Cittaslow's economic benefits seen in South Korea
Preserving and harvesting coastal waters is a tangible goal Cowichan Bay Director Lori Iannidinardo has set after visiting South Korea's Cittaslow conference last month.
"In Korea, you're just shocked," she said of edible-seaweed farming and more she viewed on Wando Island during her April 20 to 27 working sojourn to represent the bay.
The global Cittaslow — or slow community — movement, toasts character towns drawing tourists and locals with food, festivals, heritage, art and more.
"There were 10 waterfront Cittalsow communities in Wando, and we addressed issues to do with the ocean."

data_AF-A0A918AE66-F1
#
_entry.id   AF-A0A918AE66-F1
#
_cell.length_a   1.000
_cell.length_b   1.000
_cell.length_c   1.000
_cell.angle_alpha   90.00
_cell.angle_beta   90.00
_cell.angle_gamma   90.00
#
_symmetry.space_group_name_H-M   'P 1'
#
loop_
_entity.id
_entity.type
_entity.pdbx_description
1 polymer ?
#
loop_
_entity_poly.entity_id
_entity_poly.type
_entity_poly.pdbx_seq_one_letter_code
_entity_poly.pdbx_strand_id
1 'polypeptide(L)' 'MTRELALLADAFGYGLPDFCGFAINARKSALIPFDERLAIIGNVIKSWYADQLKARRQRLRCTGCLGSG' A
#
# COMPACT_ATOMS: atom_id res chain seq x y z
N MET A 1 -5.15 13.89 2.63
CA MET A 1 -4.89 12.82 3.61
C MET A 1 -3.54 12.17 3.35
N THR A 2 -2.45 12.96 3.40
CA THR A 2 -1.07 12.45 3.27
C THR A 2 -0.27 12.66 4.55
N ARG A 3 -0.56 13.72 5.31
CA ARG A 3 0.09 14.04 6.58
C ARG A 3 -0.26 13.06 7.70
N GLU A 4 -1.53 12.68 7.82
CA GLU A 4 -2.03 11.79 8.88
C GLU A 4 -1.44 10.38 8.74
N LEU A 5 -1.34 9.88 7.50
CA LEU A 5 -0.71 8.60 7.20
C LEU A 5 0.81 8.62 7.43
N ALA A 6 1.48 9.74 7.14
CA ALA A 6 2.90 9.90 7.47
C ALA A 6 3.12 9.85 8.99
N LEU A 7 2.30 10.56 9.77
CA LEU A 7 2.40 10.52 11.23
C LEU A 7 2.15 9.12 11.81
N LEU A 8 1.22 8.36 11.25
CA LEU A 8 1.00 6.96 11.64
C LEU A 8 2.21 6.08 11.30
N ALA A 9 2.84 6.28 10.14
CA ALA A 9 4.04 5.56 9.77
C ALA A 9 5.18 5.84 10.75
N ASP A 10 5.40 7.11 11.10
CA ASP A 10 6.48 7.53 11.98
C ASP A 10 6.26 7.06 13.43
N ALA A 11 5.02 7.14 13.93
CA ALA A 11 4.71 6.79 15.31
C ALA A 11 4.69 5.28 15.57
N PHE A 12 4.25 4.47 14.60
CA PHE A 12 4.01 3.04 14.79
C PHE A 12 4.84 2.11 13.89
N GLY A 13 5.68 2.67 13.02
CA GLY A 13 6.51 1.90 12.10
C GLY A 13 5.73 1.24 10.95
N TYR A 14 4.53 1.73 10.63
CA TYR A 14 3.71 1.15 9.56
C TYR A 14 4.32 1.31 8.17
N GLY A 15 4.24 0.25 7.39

Sewage pollution, over fishing, population growth and more were discussed between Iannidinardo and her colleagues from Finland, Norway, Italy, England, South Africa, Turkey, Australia, and elsewhere.
Her flight was paid by Wando; Iannidinardo paid for her husband to attend.
Iannidinardo's local homework to revive the bay's environment included a recent tour of Deep Bay's VIU campus marine station where sewage treatment, over fishing and plastic pollution were discussed.